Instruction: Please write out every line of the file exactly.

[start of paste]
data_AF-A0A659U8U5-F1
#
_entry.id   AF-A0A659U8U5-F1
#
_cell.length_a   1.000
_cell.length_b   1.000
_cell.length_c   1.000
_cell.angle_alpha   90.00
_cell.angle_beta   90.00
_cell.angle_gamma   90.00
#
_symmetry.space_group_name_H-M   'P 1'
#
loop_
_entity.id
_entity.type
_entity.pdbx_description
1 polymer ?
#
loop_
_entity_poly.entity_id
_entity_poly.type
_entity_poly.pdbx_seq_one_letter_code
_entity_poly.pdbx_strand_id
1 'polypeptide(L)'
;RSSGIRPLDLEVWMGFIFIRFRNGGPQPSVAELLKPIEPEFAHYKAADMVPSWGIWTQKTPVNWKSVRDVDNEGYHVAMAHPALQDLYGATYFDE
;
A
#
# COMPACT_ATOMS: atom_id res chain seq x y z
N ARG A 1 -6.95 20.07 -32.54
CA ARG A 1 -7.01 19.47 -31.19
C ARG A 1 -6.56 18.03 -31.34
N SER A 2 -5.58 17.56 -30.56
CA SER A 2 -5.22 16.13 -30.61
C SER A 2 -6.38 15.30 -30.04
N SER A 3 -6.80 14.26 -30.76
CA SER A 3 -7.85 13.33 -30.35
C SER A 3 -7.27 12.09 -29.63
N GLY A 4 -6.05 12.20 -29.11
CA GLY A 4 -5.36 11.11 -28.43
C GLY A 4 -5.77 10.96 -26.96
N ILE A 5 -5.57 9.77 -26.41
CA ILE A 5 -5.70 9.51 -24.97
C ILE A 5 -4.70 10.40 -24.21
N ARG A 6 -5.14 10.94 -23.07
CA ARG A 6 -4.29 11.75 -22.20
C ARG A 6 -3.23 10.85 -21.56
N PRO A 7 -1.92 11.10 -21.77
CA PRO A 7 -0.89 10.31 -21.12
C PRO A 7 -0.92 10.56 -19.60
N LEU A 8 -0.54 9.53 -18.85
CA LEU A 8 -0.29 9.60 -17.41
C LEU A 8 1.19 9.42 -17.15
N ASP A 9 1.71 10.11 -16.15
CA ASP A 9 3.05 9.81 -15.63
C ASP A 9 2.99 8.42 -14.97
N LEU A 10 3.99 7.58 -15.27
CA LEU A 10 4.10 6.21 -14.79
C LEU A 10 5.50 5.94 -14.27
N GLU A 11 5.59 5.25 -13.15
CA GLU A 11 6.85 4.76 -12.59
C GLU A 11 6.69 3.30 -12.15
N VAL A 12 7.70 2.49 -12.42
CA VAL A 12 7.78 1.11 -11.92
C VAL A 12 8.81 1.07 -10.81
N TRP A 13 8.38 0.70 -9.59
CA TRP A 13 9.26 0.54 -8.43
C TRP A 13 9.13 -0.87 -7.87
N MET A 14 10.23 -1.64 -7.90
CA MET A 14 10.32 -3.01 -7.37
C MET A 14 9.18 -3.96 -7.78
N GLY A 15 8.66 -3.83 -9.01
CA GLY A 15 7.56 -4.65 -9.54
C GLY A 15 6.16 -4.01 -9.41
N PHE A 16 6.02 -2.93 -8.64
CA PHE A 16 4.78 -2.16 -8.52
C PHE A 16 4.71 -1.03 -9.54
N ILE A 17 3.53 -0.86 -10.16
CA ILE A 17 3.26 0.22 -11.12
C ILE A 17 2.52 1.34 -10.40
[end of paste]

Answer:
data_AF-A0A659U8U5-F1
#
_entry.id   AF-A0A659U8U5-F1
#
_cell.length_a   1.000
_cell.length_b   1.000
_cell.length_c   1.000
_cell.angle_alpha   90.00
_cell.angle_beta   90.00
_cell.angle_gamma   90.00
#
_symmetry.space_group_name_H-M   'P 1'
#
loop_
_entity.id
_entity.type
_entity.pdbx_description
1 polymer ?
#
loop_
_entity_poly.entity_id
_entity_poly.type
_entity_poly.pdbx_seq_one_letter_code
_entity_poly.pdbx_strand_id
1 'polypeptide(L)'
;RSSGIRPLDLEVWMGFIFIRFRNGGPQPSVAELLKPIEPEFAHYKAADMVPSWGIWTQKTPVNWKSVRDVDNEGYHVAMAHPALQDLYGATYFDE
;
A
#
# COMPACT_ATOMS: atom_id res chain seq x y z
N ARG A 1 -6.95 20.07 -32.54
CA ARG A 1 -7.01 19.47 -31.19
C ARG A 1 -6.56 18.03 -31.34
N SER A 2 -5.58 17.56 -30.56
CA SER A 2 -5.22 16.13 -30.61
C SER A 2 -6.38 15.30 -30.04
N SER A 3 -6.80 14.26 -30.76
CA SER A 3 -7.85 13.33 -30.35
C SER A 3 -7.27 12.09 -29.63
N GLY A 4 -6.05 12.20 -29.11
CA GLY A 4 -5.36 11.11 -28.43
C GLY A 4 -5.77 10.96 -26.96
N ILE A 5 -5.57 9.77 -26.41
CA ILE A 5 -5.70 9.51 -24.97
C ILE A 5 -4.70 10.40 -24.21
N ARG A 6 -5.14 10.94 -23.07
CA ARG A 6 -4.29 11.75 -22.20
C ARG A 6 -3.23 10.85 -21.56
N PRO A 7 -1.92 11.10 -21.77
CA PRO A 7 -0.89 10.31 -21.12
C PRO A 7 -0.92 10.56 -19.60
N LEU A 8 -0.54 9.53 -18.85
CA LEU A 8 -0.29 9.60 -17.41
C LEU A 8 1.19 9.42 -17.15
N ASP A 9 1.71 10.11 -16.15
CA ASP A 9 3.05 9.81 -15.63
C ASP A 9 2.99 8.42 -14.97
N LEU A 10 3.99 7.58 -15.27
CA LEU A 10 4.10 6.21 -14.79
C LEU A 10 5.50 5.94 -14.27
N GLU A 11 5.59 5.25 -13.15
CA GLU A 11 6.85 4.76 -12.59
C GLU A 11 6.69 3.30 -12.15
N VAL A 12 7.70 2.49 -12.42
CA VAL A 12 7.78 1.11 -11.92
C VAL A 12 8.81 1.07 -10.81
N TRP A 13 8.38 0.70 -9.59
CA TRP A 13 9.26 0.54 -8.43
C TRP A 13 9.13 -0.87 -7.87
N MET A 14 10.23 -1.64 -7.90
CA MET A 14 10.32 -3.01 -7.37
C MET A 14 9.18 -3.96 -7.78
N GLY A 15 8.66 -3.83 -9.01
CA GLY A 15 7.56 -4.65 -9.54
C GLY A 15 6.16 -4.01 -9.41
N PHE A 16 6.02 -2.93 -8.64
CA PHE A 16 4.78 -2.16 -8.52
C PHE A 16 4.71 -1.03 -9.54
N ILE A 17 3.53 -0.86 -10.16
CA ILE A 17 3.26 0.22 -11.12
C ILE A 17 2.52 1.34 -10.40